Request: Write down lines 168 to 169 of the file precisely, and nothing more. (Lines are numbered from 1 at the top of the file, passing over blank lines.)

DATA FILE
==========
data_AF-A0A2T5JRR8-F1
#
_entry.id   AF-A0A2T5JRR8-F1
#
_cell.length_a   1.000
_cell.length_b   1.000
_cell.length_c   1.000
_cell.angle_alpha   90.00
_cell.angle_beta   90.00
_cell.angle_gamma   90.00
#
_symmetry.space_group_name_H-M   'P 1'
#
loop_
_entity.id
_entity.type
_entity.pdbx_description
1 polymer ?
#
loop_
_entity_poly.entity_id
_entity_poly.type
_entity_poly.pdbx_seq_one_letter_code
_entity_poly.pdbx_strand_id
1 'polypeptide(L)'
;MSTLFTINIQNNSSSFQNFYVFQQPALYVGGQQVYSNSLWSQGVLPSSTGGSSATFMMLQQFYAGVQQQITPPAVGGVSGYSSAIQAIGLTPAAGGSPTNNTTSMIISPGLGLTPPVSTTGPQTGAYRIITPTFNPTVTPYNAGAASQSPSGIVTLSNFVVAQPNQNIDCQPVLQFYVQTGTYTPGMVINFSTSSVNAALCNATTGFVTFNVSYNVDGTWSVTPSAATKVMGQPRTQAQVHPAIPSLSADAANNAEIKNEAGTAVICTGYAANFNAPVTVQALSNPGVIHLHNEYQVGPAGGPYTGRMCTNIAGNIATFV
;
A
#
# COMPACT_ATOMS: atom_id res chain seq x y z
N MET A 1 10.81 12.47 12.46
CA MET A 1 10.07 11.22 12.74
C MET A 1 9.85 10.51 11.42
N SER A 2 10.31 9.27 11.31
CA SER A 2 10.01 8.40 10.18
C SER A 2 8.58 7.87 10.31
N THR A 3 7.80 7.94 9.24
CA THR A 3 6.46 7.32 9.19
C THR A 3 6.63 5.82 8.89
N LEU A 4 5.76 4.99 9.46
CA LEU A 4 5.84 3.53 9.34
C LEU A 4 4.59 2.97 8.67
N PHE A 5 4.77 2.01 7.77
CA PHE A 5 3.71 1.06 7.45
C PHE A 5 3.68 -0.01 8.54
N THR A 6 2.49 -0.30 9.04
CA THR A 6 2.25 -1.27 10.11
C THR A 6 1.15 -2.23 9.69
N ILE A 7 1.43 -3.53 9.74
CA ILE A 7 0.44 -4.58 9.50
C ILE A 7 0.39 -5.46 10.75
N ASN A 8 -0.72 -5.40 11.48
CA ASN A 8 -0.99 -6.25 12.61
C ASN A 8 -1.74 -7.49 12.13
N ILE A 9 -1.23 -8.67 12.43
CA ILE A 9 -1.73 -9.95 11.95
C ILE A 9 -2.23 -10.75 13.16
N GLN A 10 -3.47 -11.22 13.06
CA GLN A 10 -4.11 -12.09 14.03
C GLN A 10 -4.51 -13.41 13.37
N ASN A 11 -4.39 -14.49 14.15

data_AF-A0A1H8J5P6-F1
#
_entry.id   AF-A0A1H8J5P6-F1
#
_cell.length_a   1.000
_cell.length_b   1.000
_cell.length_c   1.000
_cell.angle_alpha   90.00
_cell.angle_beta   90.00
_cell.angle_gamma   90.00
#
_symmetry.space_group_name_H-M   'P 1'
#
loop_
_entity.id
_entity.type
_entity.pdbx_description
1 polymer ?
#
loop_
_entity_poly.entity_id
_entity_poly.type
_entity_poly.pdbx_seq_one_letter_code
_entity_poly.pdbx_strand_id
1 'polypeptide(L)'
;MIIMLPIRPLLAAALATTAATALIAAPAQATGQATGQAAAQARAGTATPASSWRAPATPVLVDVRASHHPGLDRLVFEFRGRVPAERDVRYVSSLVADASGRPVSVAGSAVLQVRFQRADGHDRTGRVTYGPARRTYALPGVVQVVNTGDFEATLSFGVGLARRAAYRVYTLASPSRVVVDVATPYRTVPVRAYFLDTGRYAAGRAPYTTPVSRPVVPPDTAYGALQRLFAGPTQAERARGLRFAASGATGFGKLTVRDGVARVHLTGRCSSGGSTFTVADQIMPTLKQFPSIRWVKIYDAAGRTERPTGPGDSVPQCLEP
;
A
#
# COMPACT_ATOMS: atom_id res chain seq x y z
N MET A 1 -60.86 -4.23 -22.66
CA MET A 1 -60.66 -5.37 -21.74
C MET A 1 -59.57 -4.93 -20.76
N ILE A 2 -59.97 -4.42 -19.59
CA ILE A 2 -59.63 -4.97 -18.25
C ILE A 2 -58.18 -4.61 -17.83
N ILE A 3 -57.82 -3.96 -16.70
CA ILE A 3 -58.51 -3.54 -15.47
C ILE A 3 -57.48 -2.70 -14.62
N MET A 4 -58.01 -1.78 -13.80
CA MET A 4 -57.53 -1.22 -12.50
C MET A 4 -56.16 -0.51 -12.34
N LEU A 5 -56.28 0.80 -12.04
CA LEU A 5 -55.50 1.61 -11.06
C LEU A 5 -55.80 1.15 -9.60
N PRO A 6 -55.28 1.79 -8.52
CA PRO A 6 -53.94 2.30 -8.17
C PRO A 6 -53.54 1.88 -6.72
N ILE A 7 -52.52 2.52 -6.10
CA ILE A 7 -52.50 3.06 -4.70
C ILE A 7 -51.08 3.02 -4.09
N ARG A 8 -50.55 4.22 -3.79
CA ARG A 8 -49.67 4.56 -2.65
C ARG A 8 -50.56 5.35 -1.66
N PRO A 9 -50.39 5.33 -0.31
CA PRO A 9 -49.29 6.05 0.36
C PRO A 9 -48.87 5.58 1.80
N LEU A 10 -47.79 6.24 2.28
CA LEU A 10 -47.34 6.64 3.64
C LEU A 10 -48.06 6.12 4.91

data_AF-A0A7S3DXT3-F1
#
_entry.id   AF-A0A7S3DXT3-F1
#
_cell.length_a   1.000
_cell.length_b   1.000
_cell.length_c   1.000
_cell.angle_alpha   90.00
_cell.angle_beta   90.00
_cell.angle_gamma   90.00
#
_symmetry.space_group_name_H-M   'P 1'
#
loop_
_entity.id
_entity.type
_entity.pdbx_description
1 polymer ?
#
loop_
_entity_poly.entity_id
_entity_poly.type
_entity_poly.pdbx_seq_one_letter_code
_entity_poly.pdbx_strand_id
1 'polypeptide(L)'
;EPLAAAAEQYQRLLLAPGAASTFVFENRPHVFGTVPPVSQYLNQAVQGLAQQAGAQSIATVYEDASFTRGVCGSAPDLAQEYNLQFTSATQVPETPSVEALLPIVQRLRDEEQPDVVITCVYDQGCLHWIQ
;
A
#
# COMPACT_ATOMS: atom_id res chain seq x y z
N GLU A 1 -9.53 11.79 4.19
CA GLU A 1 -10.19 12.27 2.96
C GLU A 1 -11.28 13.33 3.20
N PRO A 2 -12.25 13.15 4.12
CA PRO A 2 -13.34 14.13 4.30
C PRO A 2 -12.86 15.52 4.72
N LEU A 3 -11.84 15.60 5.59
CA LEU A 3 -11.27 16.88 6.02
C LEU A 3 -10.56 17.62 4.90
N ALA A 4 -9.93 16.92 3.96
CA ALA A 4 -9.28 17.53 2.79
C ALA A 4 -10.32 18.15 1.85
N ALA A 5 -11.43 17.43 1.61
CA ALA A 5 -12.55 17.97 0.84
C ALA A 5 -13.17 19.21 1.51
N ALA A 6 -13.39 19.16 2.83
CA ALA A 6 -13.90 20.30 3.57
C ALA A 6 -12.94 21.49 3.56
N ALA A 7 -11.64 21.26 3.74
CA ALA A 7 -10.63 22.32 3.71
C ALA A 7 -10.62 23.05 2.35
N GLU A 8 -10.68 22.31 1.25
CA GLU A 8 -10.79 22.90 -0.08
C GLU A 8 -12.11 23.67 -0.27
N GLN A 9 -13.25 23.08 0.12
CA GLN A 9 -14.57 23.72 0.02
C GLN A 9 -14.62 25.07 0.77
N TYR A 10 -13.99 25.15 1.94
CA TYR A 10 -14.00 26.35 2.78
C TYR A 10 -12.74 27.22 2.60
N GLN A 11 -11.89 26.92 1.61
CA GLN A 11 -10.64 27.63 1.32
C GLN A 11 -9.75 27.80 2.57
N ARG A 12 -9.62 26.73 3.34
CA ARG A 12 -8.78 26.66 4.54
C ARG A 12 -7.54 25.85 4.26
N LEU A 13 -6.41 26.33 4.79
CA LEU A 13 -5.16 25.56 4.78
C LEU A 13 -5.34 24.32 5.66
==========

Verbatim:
CA ALA A 6 -13.90 20.30 3.57
C ALA A 6 -12.94 21.49 3.56